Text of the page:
What Is a Proxy Firewall?
A proxy firewall is the most secure form of firewall, which filters messages at the application layer to protect network resources. A proxy firewall, also known as an application firewall or a gateway firewall, limits the applications that a network can support, which increases security levels but can affect functionality and speed.
Traditional firewalls are not designed to decrypt traffic or inspect application protocol traffic. They typically use an intrusion prevention system (IPS) or antivirus solution to protect against threats, which only covers a small fraction of the threat landscape that organizations now face.
A proxy server addresses this gap by providing a gateway or intermediary between computers and servers on the internet to secure data that goes in and out of a network. It determines which traffic should be allowed and denied and analyzes incoming traffic to detect signs of a potential cyberattack or malware. A proxy server firewall caches, filters, logs, and controls requests from devices to keep networks secure and prevent access to unauthorized parties and cyberattacks.
How Do Proxy Firewalls Work?
A proxy firewall is considered the most secure form of firewall because it prevents networks from directly contacting other systems. It has its own Internet Protocol (IP) address, which means an external network connection cannot receive packets directly from the network.
A proxy firewall works by providing a single point that enables organizations to assess the threat level of application protocols and implement attack detection, error detection, and validity checks. It uses tactics like deep packet inspection (DPI) and proxy-based architecture to analyze application traffic and discover advanced threats.
A proxy network will likely have one computer directly connected to the internet. Other computers in the network access the internet by using the main computer as a gateway, which enables the proxy to cache documents requested by multiple users. A user attempting to access an external site through a proxy firewall would do so through this process:
- The user requests access to the internet through a protocol such as File Transfer Protocol (FTP) or Hypertext Transfer Protocol (HTTP).
- The user’s computer attempts to create a session between them and the server, sending a synchronize (SYN) message packet from their IP address to the server’s IP address.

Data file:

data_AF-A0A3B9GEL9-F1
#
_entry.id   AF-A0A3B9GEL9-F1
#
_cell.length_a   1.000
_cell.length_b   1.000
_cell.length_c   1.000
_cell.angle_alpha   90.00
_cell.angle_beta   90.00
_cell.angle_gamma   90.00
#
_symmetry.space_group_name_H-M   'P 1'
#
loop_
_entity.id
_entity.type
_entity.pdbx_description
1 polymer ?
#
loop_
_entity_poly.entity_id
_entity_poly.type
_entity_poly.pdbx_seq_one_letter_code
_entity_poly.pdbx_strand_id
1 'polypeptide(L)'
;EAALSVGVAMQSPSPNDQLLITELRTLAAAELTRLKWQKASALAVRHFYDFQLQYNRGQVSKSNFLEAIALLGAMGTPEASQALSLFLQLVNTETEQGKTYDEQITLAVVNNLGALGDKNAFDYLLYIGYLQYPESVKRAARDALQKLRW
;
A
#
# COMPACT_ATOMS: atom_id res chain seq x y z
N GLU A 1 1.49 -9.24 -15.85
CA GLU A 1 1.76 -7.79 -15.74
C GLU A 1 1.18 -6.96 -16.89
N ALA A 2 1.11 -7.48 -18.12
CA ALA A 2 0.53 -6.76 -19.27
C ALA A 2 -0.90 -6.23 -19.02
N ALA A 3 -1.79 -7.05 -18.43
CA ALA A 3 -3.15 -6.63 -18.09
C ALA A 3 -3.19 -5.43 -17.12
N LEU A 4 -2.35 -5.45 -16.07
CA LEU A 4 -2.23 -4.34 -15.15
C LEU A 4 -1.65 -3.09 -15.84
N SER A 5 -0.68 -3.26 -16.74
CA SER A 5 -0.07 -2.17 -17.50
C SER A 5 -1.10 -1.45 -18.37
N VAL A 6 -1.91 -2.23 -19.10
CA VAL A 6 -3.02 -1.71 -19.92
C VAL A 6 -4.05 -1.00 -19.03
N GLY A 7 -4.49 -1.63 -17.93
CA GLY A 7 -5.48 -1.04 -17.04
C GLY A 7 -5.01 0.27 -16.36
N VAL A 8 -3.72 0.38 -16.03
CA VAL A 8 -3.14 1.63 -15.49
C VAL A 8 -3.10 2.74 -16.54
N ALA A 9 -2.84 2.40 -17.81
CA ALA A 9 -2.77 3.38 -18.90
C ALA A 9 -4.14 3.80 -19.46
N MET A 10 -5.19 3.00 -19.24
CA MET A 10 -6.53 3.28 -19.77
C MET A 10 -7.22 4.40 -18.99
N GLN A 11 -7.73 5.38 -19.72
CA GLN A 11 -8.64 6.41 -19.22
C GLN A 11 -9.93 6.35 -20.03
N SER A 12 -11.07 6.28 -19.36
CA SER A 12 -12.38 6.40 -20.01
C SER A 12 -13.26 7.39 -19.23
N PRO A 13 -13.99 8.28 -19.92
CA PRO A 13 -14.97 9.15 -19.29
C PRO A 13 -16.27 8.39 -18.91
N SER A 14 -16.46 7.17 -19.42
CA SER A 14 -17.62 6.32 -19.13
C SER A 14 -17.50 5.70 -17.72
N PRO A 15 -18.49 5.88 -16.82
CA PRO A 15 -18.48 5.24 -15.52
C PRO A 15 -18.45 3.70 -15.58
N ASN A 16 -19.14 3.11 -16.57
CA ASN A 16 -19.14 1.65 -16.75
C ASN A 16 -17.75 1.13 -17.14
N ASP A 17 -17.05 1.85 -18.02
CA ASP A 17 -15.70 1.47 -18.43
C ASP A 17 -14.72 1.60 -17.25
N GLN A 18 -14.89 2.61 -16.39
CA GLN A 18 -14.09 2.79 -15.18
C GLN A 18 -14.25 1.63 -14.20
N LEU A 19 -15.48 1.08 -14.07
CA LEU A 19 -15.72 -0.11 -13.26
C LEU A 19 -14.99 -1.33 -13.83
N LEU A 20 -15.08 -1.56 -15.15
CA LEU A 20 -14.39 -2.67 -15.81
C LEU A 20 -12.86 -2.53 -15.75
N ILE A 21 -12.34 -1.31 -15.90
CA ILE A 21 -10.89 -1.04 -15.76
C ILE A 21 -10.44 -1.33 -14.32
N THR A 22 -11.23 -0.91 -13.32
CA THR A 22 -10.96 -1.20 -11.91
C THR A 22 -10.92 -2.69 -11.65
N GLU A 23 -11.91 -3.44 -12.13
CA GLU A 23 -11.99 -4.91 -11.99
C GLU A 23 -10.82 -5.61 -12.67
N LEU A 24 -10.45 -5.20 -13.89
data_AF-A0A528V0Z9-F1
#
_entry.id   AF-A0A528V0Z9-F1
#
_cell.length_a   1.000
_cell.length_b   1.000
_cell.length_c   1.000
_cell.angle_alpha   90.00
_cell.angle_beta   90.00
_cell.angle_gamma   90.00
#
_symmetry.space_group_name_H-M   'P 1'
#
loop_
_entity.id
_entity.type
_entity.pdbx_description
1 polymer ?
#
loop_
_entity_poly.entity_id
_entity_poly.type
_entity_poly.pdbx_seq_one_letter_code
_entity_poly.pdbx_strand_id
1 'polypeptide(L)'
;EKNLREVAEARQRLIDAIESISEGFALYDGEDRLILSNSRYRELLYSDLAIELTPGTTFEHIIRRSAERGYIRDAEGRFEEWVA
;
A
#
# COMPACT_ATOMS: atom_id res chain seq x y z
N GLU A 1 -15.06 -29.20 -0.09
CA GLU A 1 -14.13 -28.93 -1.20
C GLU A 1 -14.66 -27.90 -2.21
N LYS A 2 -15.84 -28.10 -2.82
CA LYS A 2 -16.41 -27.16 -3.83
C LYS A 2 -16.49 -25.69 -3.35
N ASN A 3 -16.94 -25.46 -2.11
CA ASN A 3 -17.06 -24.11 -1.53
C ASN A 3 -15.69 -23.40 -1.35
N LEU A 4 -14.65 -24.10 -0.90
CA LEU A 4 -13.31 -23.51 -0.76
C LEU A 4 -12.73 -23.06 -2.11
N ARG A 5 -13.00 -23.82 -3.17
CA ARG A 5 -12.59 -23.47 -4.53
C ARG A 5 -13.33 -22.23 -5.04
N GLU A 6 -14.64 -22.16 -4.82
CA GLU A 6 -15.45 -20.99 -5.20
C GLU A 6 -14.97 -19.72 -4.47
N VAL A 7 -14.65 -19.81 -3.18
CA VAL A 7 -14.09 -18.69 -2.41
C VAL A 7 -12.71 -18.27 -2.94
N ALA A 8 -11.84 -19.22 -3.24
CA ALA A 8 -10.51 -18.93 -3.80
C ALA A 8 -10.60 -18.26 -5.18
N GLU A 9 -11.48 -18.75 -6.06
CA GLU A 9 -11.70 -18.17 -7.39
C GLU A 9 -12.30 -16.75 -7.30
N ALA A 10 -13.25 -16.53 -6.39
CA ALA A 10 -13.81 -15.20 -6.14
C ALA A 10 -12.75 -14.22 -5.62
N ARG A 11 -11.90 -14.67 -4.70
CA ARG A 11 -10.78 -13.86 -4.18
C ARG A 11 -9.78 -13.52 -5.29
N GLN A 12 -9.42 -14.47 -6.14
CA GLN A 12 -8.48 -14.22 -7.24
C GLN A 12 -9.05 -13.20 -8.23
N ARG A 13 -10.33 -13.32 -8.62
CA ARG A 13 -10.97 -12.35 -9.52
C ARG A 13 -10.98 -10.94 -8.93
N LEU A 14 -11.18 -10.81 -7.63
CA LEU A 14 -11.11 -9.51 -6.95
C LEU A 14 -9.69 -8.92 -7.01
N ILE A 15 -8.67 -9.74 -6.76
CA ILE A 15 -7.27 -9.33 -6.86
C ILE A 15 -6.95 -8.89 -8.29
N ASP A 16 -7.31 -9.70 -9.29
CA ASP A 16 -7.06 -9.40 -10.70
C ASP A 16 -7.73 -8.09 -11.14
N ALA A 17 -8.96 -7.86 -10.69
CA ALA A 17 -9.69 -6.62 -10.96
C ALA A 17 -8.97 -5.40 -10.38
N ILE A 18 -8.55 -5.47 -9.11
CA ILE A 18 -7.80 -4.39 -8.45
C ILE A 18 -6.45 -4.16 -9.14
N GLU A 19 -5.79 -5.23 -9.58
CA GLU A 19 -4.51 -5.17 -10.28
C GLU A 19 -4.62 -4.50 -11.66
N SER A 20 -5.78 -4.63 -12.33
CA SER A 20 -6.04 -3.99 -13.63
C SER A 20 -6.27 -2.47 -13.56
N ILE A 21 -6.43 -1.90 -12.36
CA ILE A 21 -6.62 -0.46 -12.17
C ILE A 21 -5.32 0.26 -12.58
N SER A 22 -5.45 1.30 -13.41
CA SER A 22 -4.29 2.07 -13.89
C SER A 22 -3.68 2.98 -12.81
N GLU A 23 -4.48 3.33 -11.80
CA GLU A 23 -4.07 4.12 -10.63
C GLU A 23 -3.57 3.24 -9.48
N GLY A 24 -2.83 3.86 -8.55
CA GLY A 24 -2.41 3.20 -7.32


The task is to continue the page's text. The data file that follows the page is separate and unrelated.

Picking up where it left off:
- The proxy firewall intercepts the request, and if its policy allows, replies with a synchronize-acknowledge (SYN-ACK) message packet from the requested server’s IP
- When the SYN-ACK packet is received by the user’s computer, it sends a final ACK packet to the server’s IP address. This ensures a connection to the proxy but not a valid Transmission Control Protocol (TCP) connection.
- The proxy completes the connection to the external server by sending a SYN packet from its IP address. When it receives the server’s SYN-ACK packet, it responds with an ACK packet. This ensures a valid TCP connection between the proxy and the user’s computer and between the proxy and the external server.
- Requests made through the client-to-proxy connection then the proxy-to-server connection will be analyzed to ensure they are correct and comply with the corporate policy until either side terminates the connection.
This process ensures a highly secure network that provides deep inspection of the contents of every packet that flows in and out of a network.
Examples of a Proxy Firewall's Work
Proxy servers are often implemented through bastion hosts, which are systems likely to come under direct cyberattack. Proxy firewalls monitor network traffic for core internet protocols, such as Layer 7 protocols, and must be run against every type of application it supports. These include Domain Name System (DNS), FTP, HTTP, Internet Control Message Protocol (ICMP), and Simple Mail Transfer Protocol (SMTP).